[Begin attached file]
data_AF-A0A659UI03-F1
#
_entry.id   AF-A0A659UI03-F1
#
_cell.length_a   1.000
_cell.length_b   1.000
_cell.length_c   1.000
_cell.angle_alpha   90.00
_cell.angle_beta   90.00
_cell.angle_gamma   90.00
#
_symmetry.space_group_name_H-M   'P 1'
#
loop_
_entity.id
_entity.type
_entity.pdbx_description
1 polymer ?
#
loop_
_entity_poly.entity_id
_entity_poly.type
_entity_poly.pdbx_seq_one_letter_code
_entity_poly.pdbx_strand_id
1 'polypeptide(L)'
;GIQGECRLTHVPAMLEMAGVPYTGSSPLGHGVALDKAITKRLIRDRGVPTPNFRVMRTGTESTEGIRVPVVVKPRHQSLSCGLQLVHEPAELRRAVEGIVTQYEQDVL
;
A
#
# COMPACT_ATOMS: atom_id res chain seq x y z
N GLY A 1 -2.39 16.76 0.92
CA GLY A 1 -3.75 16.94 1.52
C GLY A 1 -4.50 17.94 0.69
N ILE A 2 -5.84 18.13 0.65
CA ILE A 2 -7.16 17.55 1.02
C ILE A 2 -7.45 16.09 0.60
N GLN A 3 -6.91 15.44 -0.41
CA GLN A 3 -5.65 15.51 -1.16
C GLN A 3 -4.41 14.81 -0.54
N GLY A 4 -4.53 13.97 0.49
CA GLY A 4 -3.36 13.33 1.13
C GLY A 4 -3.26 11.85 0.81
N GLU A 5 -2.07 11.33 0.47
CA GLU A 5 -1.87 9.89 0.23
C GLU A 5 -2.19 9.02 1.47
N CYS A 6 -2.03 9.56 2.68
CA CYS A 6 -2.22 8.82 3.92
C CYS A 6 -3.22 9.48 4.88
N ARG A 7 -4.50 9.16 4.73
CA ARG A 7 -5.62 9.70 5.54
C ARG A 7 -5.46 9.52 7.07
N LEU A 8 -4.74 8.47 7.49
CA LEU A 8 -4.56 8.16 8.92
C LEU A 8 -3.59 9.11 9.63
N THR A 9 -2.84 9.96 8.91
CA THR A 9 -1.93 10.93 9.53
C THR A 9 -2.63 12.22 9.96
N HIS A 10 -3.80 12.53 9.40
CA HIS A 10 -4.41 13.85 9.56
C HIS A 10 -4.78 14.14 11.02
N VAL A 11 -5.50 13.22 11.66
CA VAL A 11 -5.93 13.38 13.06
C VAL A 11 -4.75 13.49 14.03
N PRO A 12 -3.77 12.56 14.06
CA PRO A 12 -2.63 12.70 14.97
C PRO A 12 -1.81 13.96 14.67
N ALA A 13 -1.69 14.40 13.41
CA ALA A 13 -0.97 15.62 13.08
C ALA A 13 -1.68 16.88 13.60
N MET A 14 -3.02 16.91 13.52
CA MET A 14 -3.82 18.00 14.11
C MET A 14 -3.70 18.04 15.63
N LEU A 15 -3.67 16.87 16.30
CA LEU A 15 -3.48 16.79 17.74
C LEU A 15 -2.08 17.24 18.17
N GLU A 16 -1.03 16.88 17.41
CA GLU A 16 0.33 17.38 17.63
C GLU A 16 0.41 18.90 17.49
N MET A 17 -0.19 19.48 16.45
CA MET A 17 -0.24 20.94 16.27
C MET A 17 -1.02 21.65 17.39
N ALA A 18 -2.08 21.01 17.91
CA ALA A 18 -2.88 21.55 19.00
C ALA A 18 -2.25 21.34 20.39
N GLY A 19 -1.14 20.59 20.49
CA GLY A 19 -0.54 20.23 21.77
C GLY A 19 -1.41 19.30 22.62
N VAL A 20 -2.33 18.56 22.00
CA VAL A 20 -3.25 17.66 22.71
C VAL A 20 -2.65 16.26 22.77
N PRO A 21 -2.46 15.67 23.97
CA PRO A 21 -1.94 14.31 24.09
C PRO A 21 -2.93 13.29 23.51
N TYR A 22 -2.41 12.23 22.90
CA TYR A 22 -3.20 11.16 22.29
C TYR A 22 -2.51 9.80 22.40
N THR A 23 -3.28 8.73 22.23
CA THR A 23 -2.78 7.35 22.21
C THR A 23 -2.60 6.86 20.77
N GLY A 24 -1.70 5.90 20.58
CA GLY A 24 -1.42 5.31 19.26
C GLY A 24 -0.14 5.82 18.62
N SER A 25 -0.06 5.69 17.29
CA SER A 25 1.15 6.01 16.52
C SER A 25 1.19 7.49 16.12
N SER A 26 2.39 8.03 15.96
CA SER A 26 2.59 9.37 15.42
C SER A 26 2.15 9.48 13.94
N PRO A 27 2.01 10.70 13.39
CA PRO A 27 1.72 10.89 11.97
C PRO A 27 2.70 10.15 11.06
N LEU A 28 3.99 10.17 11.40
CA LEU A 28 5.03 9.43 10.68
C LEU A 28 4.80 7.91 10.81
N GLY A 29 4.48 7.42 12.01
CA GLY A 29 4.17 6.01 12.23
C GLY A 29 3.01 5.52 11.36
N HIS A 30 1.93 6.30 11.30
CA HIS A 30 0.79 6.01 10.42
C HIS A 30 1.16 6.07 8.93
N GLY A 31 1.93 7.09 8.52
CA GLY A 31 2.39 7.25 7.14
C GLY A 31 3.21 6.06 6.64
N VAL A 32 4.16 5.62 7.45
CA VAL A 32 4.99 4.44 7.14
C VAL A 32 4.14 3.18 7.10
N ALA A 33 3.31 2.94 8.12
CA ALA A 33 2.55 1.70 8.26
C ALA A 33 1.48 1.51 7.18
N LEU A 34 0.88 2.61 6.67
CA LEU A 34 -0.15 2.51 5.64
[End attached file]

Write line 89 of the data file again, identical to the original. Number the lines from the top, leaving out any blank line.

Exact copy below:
CA VAL A 20 -3.25 17.66 22.71